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In order to believe that the buying and selling of ownership shares in businesses doesn't need regulation, you have to be willing to believe that almost none of the businesses who would be selling unregulated shares of their future income would ever engage in fraudulent activity or that people would just stop investing in such shares if the government stopped enforcing their interests.  Are either of those really realistic beliefs to have given frequent news items regarding investor fraud, insider trading, unregulated hedge fund activities, etc.?

Compare it to another issue for illustration: Do you believe it would be better policy for the government to ban marijuana commerce entirely, as is usually the case today, or to regulate it? Why or why not, and whom would benefit or be harmed either way?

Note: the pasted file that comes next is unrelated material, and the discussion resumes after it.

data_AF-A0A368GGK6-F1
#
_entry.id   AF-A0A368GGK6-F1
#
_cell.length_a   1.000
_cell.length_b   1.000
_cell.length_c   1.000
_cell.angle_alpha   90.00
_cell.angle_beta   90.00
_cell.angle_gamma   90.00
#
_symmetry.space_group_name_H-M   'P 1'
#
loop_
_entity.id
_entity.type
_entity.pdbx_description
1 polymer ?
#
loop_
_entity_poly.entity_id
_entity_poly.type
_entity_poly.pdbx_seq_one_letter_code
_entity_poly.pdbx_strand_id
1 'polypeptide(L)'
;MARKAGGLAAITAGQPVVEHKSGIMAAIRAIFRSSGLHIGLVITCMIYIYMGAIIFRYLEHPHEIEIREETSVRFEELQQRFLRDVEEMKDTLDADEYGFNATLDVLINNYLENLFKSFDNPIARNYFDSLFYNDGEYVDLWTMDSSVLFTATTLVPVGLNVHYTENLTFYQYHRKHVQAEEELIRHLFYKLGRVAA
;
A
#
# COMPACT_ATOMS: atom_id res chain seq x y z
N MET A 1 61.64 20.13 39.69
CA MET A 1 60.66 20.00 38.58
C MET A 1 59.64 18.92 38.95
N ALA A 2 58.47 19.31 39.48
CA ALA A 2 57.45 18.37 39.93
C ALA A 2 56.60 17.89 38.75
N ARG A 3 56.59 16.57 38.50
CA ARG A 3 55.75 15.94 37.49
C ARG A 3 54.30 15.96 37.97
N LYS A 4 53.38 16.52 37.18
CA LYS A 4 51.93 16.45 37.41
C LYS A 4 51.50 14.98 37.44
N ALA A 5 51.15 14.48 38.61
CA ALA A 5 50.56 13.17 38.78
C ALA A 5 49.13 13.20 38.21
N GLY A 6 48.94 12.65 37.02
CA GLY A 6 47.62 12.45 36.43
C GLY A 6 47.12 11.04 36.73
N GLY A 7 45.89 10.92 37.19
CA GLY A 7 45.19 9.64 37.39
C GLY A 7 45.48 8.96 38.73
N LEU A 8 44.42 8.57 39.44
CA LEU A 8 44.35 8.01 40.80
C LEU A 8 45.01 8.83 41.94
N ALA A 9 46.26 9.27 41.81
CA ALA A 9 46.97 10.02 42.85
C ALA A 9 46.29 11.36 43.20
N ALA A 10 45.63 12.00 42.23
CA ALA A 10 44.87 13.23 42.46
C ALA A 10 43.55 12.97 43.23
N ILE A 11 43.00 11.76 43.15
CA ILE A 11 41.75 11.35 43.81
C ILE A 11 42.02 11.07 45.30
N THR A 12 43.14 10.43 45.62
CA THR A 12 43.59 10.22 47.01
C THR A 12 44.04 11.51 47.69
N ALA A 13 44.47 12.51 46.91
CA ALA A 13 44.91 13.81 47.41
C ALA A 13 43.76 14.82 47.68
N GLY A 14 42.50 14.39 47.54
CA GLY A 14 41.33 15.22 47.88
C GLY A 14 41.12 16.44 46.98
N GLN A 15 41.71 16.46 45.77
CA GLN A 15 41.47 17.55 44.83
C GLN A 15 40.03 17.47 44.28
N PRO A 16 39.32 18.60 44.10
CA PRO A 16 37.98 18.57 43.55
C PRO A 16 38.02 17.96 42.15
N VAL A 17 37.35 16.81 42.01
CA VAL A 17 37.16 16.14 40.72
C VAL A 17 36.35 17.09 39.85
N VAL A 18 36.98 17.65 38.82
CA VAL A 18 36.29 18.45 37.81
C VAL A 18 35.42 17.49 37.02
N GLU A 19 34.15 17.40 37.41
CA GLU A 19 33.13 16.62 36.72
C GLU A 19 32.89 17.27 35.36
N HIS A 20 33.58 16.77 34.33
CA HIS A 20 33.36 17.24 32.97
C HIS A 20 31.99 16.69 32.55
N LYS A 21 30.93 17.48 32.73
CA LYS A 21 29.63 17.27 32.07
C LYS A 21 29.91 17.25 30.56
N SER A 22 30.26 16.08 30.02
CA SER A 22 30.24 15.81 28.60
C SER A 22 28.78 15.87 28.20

by santiago on Thu Aug 26th, 2010 at 05:06:21 PM EST
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santiago:
Compare it to another issue for illustration: Do you believe it would be better policy for the government to ban marijuana commerce entirely, as is usually the case today, or to regulate it? Why or why not, and whom would benefit or be harmed either way?

I would say that drug regulation depends on how spread it is in the particular society. Banning commerce (outside medicinal proscription) of drugs that are not commonplace appears sometimes to be effective to prevent it from entering, while not effective when it comes to drugs that are already established.

I think this answer illustrates that it depends on the situation...

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by A swedish kind of death on Fri Aug 27th, 2010 at 05:31:16 AM EST
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